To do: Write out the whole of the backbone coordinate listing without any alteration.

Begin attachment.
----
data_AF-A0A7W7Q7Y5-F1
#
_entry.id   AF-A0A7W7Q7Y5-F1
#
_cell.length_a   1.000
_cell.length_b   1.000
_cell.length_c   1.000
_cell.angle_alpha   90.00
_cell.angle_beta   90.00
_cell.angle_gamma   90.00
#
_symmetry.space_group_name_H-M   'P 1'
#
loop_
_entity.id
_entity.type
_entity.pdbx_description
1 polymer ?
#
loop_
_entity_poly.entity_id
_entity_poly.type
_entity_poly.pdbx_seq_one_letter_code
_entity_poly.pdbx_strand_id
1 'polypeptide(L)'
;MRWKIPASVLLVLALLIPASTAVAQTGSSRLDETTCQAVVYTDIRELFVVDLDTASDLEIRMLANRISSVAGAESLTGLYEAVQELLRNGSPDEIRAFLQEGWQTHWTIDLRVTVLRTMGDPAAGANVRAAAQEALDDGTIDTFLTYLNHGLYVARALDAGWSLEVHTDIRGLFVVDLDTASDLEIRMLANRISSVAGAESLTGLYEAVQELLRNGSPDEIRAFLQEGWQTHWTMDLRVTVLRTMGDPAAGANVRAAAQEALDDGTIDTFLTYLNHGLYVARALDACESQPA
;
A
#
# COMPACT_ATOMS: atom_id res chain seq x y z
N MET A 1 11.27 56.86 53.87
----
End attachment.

data_AF-A0A7W7Q7Y5-F1
#
_entry.id   AF-A0A7W7Q7Y5-F1
#
_cell.length_a   1.000
_cell.length_b   1.000
_cell.length_c   1.000
_cell.angle_alpha   90.00
_cell.angle_beta   90.00
_cell.angle_gamma   90.00
#
_symmetry.space_group_name_H-M   'P 1'
#
loop_
_entity.id
_entity.type
_entity.pdbx_description
1 polymer ?
#
loop_
_entity_poly.entity_id
_entity_poly.type
_entity_poly.pdbx_seq_one_letter_code
_entity_poly.pdbx_strand_id
1 'polypeptide(L)'
;MRWKIPASVLLVLALLIPASTAVAQTGSSRLDETTCQAVVYTDIRELFVVDLDTASDLEIRMLANRISSVAGAESLTGLYEAVQELLRNGSPDEIRAFLQEGWQTHWTIDLRVTVLRTMGDPAAGANVRAAAQEALDDGTIDTFLTYLNHGLYVARALDAGWSLEVHTDIRGLFVVDLDTASDLEIRMLANRISSVAGAESLTGLYEAVQELLRNGSPDEIRAFLQEGWQTHWTMDLRVTVLRTMGDPAAGANVRAAAQEALDDGTIDTFLTYLNHGLYVARALDACESQPA
;
A
#
# COMPACT_ATOMS: atom_id res chain seq x y z
N MET A 1 11.27 56.86 53.87